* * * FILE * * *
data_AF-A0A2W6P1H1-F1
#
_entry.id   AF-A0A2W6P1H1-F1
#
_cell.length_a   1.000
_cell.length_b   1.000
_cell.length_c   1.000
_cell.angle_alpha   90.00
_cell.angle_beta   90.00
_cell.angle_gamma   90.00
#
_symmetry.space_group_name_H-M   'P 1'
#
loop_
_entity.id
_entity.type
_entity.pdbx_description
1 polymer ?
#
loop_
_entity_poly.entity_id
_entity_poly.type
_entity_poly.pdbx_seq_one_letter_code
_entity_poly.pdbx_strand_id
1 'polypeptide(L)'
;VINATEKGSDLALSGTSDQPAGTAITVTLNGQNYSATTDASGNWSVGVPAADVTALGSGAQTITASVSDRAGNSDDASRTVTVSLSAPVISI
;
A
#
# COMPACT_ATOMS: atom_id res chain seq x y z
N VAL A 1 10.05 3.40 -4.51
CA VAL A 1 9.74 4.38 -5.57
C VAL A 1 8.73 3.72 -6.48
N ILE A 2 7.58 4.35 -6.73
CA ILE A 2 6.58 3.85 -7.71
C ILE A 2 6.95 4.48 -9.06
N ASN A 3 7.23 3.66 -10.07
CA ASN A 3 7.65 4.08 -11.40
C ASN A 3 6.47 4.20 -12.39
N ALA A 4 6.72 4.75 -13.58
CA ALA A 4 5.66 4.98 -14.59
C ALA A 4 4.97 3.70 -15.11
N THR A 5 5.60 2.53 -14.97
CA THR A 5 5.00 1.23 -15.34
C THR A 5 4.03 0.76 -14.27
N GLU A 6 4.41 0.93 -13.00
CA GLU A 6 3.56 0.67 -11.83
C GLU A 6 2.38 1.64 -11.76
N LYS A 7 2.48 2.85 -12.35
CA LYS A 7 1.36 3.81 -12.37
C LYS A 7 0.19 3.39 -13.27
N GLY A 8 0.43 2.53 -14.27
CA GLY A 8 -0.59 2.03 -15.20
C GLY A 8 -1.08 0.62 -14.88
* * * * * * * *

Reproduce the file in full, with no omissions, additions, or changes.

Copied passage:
data_AF-A0A2W6P1H1-F1
#
_entry.id   AF-A0A2W6P1H1-F1
#
_cell.length_a   1.000
_cell.length_b   1.000
_cell.length_c   1.000
_cell.angle_alpha   90.00
_cell.angle_beta   90.00
_cell.angle_gamma   90.00
#
_symmetry.space_group_name_H-M   'P 1'
#
loop_
_entity.id
_entity.type
_entity.pdbx_description
1 polymer ?
#
loop_
_entity_poly.entity_id
_entity_poly.type
_entity_poly.pdbx_seq_one_letter_code
_entity_poly.pdbx_strand_id
1 'polypeptide(L)'
;VINATEKGSDLALSGTSDQPAGTAITVTLNGQNYSATTDASGNWSVGVPAADVTALGSGAQTITASVSDRAGNSDDASRTVTVSLSAPVISI
;
A
#
# COMPACT_ATOMS: atom_id res chain seq x y z
N VAL A 1 10.05 3.40 -4.51
CA VAL A 1 9.74 4.38 -5.57
C VAL A 1 8.73 3.72 -6.48
N ILE A 2 7.58 4.35 -6.73
CA ILE A 2 6.58 3.85 -7.71
C ILE A 2 6.95 4.48 -9.06
N ASN A 3 7.23 3.66 -10.07
CA ASN A 3 7.65 4.08 -11.40
C ASN A 3 6.47 4.20 -12.39
N ALA A 4 6.72 4.75 -13.58
CA ALA A 4 5.66 4.98 -14.59
C ALA A 4 4.97 3.70 -15.11
N THR A 5 5.60 2.53 -14.97
CA THR A 5 5.00 1.23 -15.34
C THR A 5 4.03 0.76 -14.27
N GLU A 6 4.41 0.93 -13.00
CA GLU A 6 3.56 0.67 -11.83
C GLU A 6 2.38 1.64 -11.76
N LYS A 7 2.48 2.85 -12.35
CA LYS A 7 1.36 3.81 -12.37
C LYS A 7 0.19 3.39 -13.27
N GLY A 8 0.43 2.53 -14.27
CA GLY A 8 -0.59 2.03 -15.20
C GLY A 8 -1.08 0.62 -14.88